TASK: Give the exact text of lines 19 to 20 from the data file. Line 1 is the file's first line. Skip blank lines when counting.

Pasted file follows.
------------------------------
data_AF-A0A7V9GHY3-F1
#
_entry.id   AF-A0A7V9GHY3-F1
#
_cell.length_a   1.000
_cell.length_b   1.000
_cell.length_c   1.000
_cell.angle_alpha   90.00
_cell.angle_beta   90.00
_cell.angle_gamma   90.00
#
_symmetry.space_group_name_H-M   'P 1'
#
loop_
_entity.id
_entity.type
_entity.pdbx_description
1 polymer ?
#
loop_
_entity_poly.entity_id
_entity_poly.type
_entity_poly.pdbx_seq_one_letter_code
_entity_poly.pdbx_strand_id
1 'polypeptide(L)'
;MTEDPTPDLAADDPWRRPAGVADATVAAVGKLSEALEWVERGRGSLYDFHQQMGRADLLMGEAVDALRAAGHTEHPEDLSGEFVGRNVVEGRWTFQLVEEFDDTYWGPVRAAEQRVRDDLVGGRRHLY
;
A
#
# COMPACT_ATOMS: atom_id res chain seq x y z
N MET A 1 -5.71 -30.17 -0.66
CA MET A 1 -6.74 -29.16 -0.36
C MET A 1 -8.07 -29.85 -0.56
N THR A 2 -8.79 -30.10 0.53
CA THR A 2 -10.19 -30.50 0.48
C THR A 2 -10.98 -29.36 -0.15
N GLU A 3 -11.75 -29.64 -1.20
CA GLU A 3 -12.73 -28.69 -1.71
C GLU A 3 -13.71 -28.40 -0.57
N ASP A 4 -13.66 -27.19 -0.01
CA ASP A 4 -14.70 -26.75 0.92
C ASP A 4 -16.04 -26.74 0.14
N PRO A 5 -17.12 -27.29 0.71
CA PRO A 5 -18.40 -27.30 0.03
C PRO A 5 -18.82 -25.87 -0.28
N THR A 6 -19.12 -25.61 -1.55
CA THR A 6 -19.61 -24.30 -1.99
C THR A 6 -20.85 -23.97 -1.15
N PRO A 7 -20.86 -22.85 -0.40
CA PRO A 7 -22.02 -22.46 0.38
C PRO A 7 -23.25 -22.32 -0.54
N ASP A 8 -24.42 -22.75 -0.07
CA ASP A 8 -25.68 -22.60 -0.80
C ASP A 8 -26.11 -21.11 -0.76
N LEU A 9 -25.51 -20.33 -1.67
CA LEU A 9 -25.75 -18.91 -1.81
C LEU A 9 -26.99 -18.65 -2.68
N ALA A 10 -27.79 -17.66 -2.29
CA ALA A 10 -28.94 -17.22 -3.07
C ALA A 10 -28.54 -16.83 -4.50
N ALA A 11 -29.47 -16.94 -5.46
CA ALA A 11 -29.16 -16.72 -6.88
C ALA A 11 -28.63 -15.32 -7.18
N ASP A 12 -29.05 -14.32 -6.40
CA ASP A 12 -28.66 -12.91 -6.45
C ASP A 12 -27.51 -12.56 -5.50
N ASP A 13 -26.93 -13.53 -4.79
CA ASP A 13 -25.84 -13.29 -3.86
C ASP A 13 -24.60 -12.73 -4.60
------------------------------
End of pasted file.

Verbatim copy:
#
loop_